Make new friends
The first fellow mother I befriended after I found out I was pregnant was a coworker whose son was born six months before mine. We bonded over our hormone-induced emotional insanity, took bets on our babies’ sexes, and gave the thumbs-up or thumbs-down for each other’s baby name ideas. Because she was several months ahead of me in her pregnancy, she also became my go-to girl for all questions regarding delivery, nursing, colic and developmental milestones. Her son was my son’s first playmate, and they remain friends to this day.
Making additional mom friends can be essential to your confidence as a mother. Mom friends encourage each other, offer advice, listen to sleep-deprived rants, and say you look beautiful even when your clothes and hair are disheveled and the puffy dark circles under your eyes are screaming for cucumbers and concealer. Best of all, they get almost as excited as you do when your little one achieves new milestones.
Keep old friends
Forging new bonds with fellow mothers is certainly gratifying, but how do you maintain friendships with girlfriends who don’t have children? New mothers have a tendency to retreat from their former lives and become absorbed in the “baby bubble” for the first few months of parenthood. This bubble is understandable and often necessary for a new mom to form a close relationship with her baby and navigate the unchartered waters of parenthood with her partner.
Eventually, however, you need to adapt well enough to let outsiders into your bubble of love and allow yourself to step outside your role as a mom for periods of time. Childless friends may feel neglected and even abandoned once you have a baby, so finding ways to maintain your prebaby friendships is important. Try these approaches to keeping your long-standing connections solid while expanding your network to include new friends.
Include childless friends in your experience.
Your girlfriends don’t need to hear every gory detail of pregnancy, delivery and parenthood (especially if you want them to have their own kids one day), but there are aspects of the experience in which they can be included. Designate your closest childless friends as honorary “aunts” and share exciting news with them. Show off ultrasound pictures and put them at the top of the call list once you go into labor.
Stay involved with your friends’ lives.
Fight the urge to become self-centered in your friendships. You’re likely to be consumed by your new life as a mom, but keep in mind your friends still need you to care, listen and be involved. Be sure to balance your baby stories with inquiries about what’s going on in their lives.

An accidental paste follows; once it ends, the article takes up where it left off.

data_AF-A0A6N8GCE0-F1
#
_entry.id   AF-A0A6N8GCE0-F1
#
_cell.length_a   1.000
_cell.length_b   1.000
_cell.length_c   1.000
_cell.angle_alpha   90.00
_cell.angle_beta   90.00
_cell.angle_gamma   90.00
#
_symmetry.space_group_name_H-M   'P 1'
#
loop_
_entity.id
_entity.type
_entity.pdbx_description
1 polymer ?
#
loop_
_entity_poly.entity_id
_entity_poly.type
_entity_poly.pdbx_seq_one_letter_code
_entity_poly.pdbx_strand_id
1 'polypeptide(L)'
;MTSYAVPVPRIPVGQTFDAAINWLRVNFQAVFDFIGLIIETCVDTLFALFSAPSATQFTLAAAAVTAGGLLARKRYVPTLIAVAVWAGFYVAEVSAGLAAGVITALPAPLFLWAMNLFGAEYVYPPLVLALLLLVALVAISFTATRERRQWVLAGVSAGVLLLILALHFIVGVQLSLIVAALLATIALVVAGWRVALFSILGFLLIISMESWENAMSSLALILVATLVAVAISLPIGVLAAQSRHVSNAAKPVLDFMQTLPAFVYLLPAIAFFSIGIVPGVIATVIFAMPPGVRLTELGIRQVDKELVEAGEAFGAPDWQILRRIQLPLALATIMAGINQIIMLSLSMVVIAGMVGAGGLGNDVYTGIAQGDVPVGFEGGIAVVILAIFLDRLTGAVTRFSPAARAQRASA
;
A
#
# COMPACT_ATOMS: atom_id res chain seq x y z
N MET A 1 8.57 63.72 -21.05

Remember your first name.
Recalling who you are apart from your identity of “Mommy” is critical. If you lose yourself completely in the joys of motherhood, the nuances your friends love so much will slowly go into hibernation. Don’t be afraid to leave the baby with someone you trust and indulge in quality time with an old friend. These are women who brought you diet soda and greasy sausage biscuits when you were hungover in college, and they are the ones who will be there for you throughout motherhood if you let them.
Build your mommy network
Over time, your first mom friend will turn into an entire network of incredible women you view as comrades simply because of your shared experience of bringing up babies. Playgroups and mommy-and-me classes can serve as avenues to connecting with other moms. Other organizations, such as MOPS (Mothers of Preschoolers), help novice parents or newcomers to a community find a safe place to express the highs and lows of motherhood and receive friendship and support in a fun, active environment.
Whether they’re old or new, never underestimate the value of your friends. Friends will embrace who you are both as a mother and as an individual, and provide support when you need it. Cultivating these relationships not only nurtures your spirit, but also reminds you that you’re never alone in this incredible adventure called motherhood.